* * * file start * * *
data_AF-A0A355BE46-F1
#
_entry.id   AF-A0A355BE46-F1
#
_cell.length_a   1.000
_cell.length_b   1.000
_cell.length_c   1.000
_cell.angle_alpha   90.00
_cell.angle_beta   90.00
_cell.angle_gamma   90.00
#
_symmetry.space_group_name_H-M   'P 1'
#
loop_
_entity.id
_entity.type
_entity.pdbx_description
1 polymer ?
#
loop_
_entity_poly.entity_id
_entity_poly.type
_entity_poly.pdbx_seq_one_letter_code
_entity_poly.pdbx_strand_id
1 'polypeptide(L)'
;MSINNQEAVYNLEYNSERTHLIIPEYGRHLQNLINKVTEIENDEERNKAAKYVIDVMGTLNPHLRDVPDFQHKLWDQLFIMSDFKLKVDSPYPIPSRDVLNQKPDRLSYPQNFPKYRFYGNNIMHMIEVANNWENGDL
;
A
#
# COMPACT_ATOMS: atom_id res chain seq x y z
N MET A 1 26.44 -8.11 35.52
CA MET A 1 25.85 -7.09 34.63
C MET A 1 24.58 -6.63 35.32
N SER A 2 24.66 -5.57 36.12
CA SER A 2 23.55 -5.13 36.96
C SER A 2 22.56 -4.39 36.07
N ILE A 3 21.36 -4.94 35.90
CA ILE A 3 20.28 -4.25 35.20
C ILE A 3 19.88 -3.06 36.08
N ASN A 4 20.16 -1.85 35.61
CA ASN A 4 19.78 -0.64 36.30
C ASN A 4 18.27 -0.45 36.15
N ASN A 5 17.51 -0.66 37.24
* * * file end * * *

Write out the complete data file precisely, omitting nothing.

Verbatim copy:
data_AF-A0A355BE46-F1
#
_entry.id   AF-A0A355BE46-F1
#
_cell.length_a   1.000
_cell.length_b   1.000
_cell.length_c   1.000
_cell.angle_alpha   90.00
_cell.angle_beta   90.00
_cell.angle_gamma   90.00
#
_symmetry.space_group_name_H-M   'P 1'
#
loop_
_entity.id
_entity.type
_entity.pdbx_description
1 polymer ?
#
loop_
_entity_poly.entity_id
_entity_poly.type
_entity_poly.pdbx_seq_one_letter_code
_entity_poly.pdbx_strand_id
1 'polypeptide(L)'
;MSINNQEAVYNLEYNSERTHLIIPEYGRHLQNLINKVTEIENDEERNKAAKYVIDVMGTLNPHLRDVPDFQHKLWDQLFIMSDFKLKVDSPYPIPSRDVLNQKPDRLSYPQNFPKYRFYGNNIMHMIEVANNWENGDL
;
A
#
# COMPACT_ATOMS: atom_id res chain seq x y z
N MET A 1 26.44 -8.11 35.52
CA MET A 1 25.85 -7.09 34.63
C MET A 1 24.58 -6.63 35.32
N SER A 2 24.66 -5.57 36.12
CA SER A 2 23.55 -5.13 36.96
C SER A 2 22.56 -4.39 36.07
N ILE A 3 21.36 -4.94 35.90
CA ILE A 3 20.28 -4.25 35.20
C ILE A 3 19.88 -3.06 36.08
N ASN A 4 20.16 -1.85 35.61
CA ASN A 4 19.78 -0.64 36.30
C ASN A 4 18.27 -0.45 36.15
N ASN A 5 17.51 -0.66 37.24